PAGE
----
Batman: Year One
- Street Date:
- October 18th, 2011
- Reviewed by:
- Tom Landy
- Review Date: 1
- January 5th, 2012
- Movie Release Year:
- Warner Brothers
- 63 Minutes
- MPAA Rating:
- Rated PG-13
- Release Country
- United States
The Movie Itself: Our Reviewer's Take
By the mid-eighties, Frank Miller had already carved out quite a name for himself after single-handedly resuscitating Marvel's Daredevil from his deathbed, but it wasn't until 1986 that he really shook up the comic book industry when he went over to DC Comics to give another vigilante a gritty makeover with his trademark noir-ish style. The result was the highly-acclaimed The Dark Knight Returns -- a brave, bold tale set in a dystopian future that sees a fifty-something Batman coming out of retirement to lead one last ultra-violent crusade against crime.
A year later, Miller would join forces with artist David Mazzucchelli to tackle Batman's beginnings, stripping it down to its core elements and creating what many hail to be his greatest masterpiece of all-time. Originally appearing in Batman issues #404 to 407 and reprinted in numerous trade paperbacks and hardcovers (including The Complete Frank Miller Batman), Batman: Year One is the driving force behind Bruce Timm's award-winning 'Batman: The Animated Series,' Tim Burton's and Christopher Nolan's live-action films, and Warner's 12th DC Universe Original Animated Movie released directly on home video.
The tale opens with Bruce Wayne (voiced by Ben McKenzie of TV's 'Southland') returning home from abroad after spending the last twelve years of his life secretly preparing to avenge his parents' murder. Meanwhile, Chicago cop Jim Gordon (Bryan Cranston, 'Breaking Bad') faces his own set of challenges when he transfers to Gotham only to find a city plagued by crime and corruption. As Gordon struggles with the darkness looming all around him, a mysterious figure will rise from the shadows and launch his reign of terror on the streets. When the lives of both men converge, a mutual respect for each other will eventually lead to a rather unique partnership -- one that will be instrumental in bringing order to a city lost in chaos.
'Batman: Year One' is dark, dreary, and arguably the best DCU animated movie yet. This time, producer Bruce Timm and his team wisely stick firmly to the source material, so much so that the only real consequence is a shorter runtime at just over an hour. The narrative is broken down into a series of key events, and the fragmented structure works in favor of addressing the pacing issues many of these movies seem to have. The action sequences flow with the story rather than overwhelm it, and none of them seem out of place or thrown in as filler. Most importantly, although Miller's story doesn't change much in terms of Batman's origin, it's the focus on Gordon's parallel arc (this is in fact his story just as much as it is Wayne's after all) that really gives 'Batman: Year One' depth and substance.
The animation design also does a great job retaining the grit and gloom of Mazzucchelli's original artwork, while a mostly solid voice cast helps bring the major players in the story to life. McKenzie is rather stiff in his animation debut as Bruce Wayne, especially during his voiceover narration in the opening scenes, but on a positive note he does seem to ease into the role a bit better as the movie progresses. Picking up the majority of the slack, though, is Cranston, who apparently turned down the role initially and changed his mind after being exposed to the quality level of Miller's storytelling. Although Cranston's part isn't very demanding, his contribution is so natural and spot on that he's hands-down the star of the show. The rest of the cast includes character actor Alex Rocco bringing a heap of mafioso flair to mob boss Carmine Falcone, Katee Sackoff ('Battlestar Galactica') as Detective Sarah Essen, and Eliza Dushku ('Dollhouse') lending a sultry voice to Selina Kyle -- better known as Catwoman. Dushku has a lot of fun here, and if you thought the vixen villainess was heavy into S&M before, just wait until get a load of her profession (hint: "world's oldest") in Miller's universe.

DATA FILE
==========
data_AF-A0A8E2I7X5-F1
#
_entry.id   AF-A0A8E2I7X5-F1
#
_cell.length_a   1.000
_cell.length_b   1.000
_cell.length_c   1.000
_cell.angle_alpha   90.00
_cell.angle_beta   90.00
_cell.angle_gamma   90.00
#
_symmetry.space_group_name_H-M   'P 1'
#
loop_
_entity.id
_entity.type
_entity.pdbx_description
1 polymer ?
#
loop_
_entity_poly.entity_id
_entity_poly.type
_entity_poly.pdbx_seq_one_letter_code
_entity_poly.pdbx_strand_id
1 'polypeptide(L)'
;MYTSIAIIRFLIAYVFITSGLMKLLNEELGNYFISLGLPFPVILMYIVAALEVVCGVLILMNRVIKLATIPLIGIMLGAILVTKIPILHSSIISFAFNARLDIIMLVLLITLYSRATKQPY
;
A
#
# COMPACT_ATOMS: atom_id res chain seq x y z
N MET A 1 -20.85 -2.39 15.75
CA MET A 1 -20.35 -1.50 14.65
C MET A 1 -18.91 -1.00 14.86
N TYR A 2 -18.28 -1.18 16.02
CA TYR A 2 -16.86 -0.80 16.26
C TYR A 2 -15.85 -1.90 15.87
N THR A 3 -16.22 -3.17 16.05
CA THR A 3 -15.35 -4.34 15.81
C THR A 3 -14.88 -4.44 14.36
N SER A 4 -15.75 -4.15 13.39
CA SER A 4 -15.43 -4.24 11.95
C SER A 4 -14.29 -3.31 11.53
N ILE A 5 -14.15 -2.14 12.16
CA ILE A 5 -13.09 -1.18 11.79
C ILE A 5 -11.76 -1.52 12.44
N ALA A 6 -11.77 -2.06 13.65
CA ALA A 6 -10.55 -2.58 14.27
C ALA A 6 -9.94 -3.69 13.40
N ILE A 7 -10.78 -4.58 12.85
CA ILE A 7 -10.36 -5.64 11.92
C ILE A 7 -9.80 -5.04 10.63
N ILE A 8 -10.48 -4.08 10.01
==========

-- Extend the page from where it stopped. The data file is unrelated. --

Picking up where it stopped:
With the questionable performance of McKenzie aside, 'Batman: Year One' is a smart and faithful production that gets a lot more right than most of its animated direct-to-video brethren, making it a worthy addition to any Batman fan's collection. Let's hope that Frank Miller's 'The Dark Knight Returns' -- which supposedly is in the works for a late 2012 release by the way, is just as enjoyable and engaging.
The Blu-ray: Vital Disc Stats
'Batman: Year One' arrives on a region free BD-50 Blu-ray alongside a second disc with a DVD/Digital Copy housed inside a standard blue keepcase. My screener also included a slick foil-embossed slipcover. There are pre-menu advertisements for 'Smallville: The Complete Series' on DVD as well as 'Green Lantern: The Animated Series' and a teen action show 'Aim High.' There is also an exclusive edition at Best Buy that includes a Catwoman figurine. A bit of an odd choice, but I guess Warner figured she'd sell better than Jim Gordon.
The Video: Sizing Up the Picture
'Batman: Year One' features a crisp 1080p/AVC MPEG-4 high-definition image (framed in 1.78:1 aspect ratio) that has a few minor nitpicks, but is otherwise a terrific looking presentation.
The original graphic novel consisted mainly of dark blues, drab browns, and endless blacks, and the animated adaptation replicates the muted tone rather well. The brightest and most colorful setting takes place in Gotham's East End, as the glowing neon signs from the tight-knit cluster of bars and strip clubs casts a murky purple haze over the slums. Computer animation is used sparingly and adds bit of a depth, while backgrounds have a considerable amount of texture and fine detail to them. The somber, snow-covered landscape of the Wayne family graveside in particular is very pleasing to the eye.
Banding and aliasing do show up in the movie, but both aren't as intrusive as on some of the other DTV animated features. The line art is generally sharp and smooth as well, having only a few brief moments of noticeable stepping. Blocking and artifacting are also kept to a minimum and noise is practically a non-issue. Ultimately, even though the picture certainly has room for improvement, this is still a quality transfer that should satisfy most viewers.